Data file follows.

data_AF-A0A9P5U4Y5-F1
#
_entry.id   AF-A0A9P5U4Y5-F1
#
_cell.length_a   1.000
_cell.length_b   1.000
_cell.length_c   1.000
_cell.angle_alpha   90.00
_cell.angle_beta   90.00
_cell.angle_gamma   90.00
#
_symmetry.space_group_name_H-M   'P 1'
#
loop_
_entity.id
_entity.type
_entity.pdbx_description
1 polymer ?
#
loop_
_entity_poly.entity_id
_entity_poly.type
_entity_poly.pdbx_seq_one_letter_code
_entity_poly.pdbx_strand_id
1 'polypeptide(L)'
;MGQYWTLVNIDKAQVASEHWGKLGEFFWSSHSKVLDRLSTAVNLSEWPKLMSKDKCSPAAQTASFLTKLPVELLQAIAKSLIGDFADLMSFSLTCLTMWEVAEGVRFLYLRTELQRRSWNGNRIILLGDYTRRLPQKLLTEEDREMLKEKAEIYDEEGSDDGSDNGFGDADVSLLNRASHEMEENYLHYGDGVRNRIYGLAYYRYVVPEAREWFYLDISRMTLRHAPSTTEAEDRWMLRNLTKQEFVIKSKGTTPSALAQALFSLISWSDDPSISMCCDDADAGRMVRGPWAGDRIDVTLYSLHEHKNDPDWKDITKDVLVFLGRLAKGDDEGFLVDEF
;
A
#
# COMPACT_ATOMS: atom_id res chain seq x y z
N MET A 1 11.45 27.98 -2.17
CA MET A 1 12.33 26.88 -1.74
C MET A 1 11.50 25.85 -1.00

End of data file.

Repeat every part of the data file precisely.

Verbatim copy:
data_AF-A0A9P5U4Y5-F1
#
_entry.id   AF-A0A9P5U4Y5-F1
#
_cell.length_a   1.000
_cell.length_b   1.000
_cell.length_c   1.000
_cell.angle_alpha   90.00
_cell.angle_beta   90.00
_cell.angle_gamma   90.00
#
_symmetry.space_group_name_H-M   'P 1'
#
loop_
_entity.id
_entity.type
_entity.pdbx_description
1 polymer ?
#
loop_
_entity_poly.entity_id
_entity_poly.type
_entity_poly.pdbx_seq_one_letter_code
_entity_poly.pdbx_strand_id
1 'polypeptide(L)'
;MGQYWTLVNIDKAQVASEHWGKLGEFFWSSHSKVLDRLSTAVNLSEWPKLMSKDKCSPAAQTASFLTKLPVELLQAIAKSLIGDFADLMSFSLTCLTMWEVAEGVRFLYLRTELQRRSWNGNRIILLGDYTRRLPQKLLTEEDREMLKEKAEIYDEEGSDDGSDNGFGDADVSLLNRASHEMEENYLHYGDGVRNRIYGLAYYRYVVPEAREWFYLDISRMTLRHAPSTTEAEDRWMLRNLTKQEFVIKSKGTTPSALAQALFSLISWSDDPSISMCCDDADAGRMVRGPWAGDRIDVTLYSLHEHKNDPDWKDITKDVLVFLGRLAKGDDEGFLVDEF
;
A
#
# COMPACT_ATOMS: atom_id res chain seq x y z
N MET A 1 11.45 27.98 -2.17
CA MET A 1 12.33 26.88 -1.74
C MET A 1 11.50 25.85 -1.00